This being the case, 2007 compensation ratios should be roughly representative of the cycle. 2008 figures look set to be an anomaly. The question is how long banks/shareholders will be willing to tolerate this.

    Sarah, Editor, eFinancialCareers Reply
     
  13. What about BarCap?

  14. How can you not include ‘Citigroup’?
    They are the frontrunners in making people lose their jobs after Lehman Brothers.
    They are also going to write off another USD 500 Billion of assets in next two years which will make their total assets to USD 1.7 trillion from USD 2.2 trillion.

  15. Citigroup aren’t included simply because they don’t break out headcount or compensation for their investment bank.

    Sarah, Editor, eFinancialCareers Reply
     
  16. Loved the conclusion on UBS. I dun understand these guys that keep rubbishing the articles and yet kept coming back to read and comment each time a new one is posted. Obviously the measure was not meant to be conclusive or published in an academic journal.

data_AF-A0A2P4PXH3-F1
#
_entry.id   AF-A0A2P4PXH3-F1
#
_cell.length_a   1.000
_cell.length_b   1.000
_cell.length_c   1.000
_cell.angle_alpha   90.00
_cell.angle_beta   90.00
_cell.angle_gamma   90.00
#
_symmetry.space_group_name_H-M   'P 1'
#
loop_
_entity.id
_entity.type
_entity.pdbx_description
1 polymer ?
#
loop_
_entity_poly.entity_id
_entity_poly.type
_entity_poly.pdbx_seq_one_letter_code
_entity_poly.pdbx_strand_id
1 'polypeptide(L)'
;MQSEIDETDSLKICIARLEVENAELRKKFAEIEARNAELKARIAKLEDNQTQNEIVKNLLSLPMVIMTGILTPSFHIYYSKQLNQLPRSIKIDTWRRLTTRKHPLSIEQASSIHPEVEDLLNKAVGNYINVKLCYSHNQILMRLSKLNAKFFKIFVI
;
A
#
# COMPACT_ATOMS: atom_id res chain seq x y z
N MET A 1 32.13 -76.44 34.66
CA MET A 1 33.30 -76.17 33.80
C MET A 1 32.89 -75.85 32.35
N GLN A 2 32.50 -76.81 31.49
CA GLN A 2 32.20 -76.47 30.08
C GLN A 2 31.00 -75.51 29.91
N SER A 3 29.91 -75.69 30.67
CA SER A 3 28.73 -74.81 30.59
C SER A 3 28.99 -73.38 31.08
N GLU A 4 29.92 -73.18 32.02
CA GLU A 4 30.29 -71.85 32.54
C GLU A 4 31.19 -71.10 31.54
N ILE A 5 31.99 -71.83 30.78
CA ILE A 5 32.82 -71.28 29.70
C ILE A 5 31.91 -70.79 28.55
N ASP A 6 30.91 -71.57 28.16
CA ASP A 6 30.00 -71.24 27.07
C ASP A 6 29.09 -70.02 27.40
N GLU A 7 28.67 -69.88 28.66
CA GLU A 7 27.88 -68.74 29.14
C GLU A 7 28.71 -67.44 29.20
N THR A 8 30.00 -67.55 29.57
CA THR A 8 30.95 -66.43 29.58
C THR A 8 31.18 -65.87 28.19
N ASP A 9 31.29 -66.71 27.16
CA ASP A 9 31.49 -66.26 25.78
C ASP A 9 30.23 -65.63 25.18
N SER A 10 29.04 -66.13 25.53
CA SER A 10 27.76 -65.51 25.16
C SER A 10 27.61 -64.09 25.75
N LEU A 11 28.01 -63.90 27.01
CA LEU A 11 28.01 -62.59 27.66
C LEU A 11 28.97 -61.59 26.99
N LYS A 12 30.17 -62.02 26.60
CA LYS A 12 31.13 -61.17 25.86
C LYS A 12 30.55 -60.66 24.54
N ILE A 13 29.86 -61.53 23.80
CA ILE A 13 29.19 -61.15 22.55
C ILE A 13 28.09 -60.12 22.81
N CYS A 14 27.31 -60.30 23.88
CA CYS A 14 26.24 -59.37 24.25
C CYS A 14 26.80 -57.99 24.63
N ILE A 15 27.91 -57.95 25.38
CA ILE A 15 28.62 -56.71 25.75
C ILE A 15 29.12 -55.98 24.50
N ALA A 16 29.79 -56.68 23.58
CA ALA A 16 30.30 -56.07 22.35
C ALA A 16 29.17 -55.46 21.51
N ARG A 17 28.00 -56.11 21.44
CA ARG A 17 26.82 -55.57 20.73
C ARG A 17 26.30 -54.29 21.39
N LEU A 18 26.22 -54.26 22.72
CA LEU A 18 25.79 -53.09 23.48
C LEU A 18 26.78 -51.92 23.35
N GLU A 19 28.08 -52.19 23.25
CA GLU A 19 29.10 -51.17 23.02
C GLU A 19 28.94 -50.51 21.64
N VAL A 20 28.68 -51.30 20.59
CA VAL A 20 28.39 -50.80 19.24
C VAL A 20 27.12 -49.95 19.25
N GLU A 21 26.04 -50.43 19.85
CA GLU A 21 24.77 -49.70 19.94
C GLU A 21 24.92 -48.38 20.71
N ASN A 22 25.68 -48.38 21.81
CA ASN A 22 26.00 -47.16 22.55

17. also, according to these calc surely you need to base staff cuts coming on Q1-Q3 2009 revenues , so shouldn’t you be giving us implied or expected 09 revenues? And what are these based on? Are we assuming they will be flat on 08. Or are we just talking about Q4 08? This all seems to elementary.

  18. Credit Suisse and UBS have never made a penny outside Switzerland. hard to believe but true.

    All the IB units in london and NY do, is justify executive compensation.

    however, ubs makes USD 8bn. with out doing anything. just from their wealth management platform. that is actuaklly the big plus and shows where they should focus. let go what has not even worked in best times..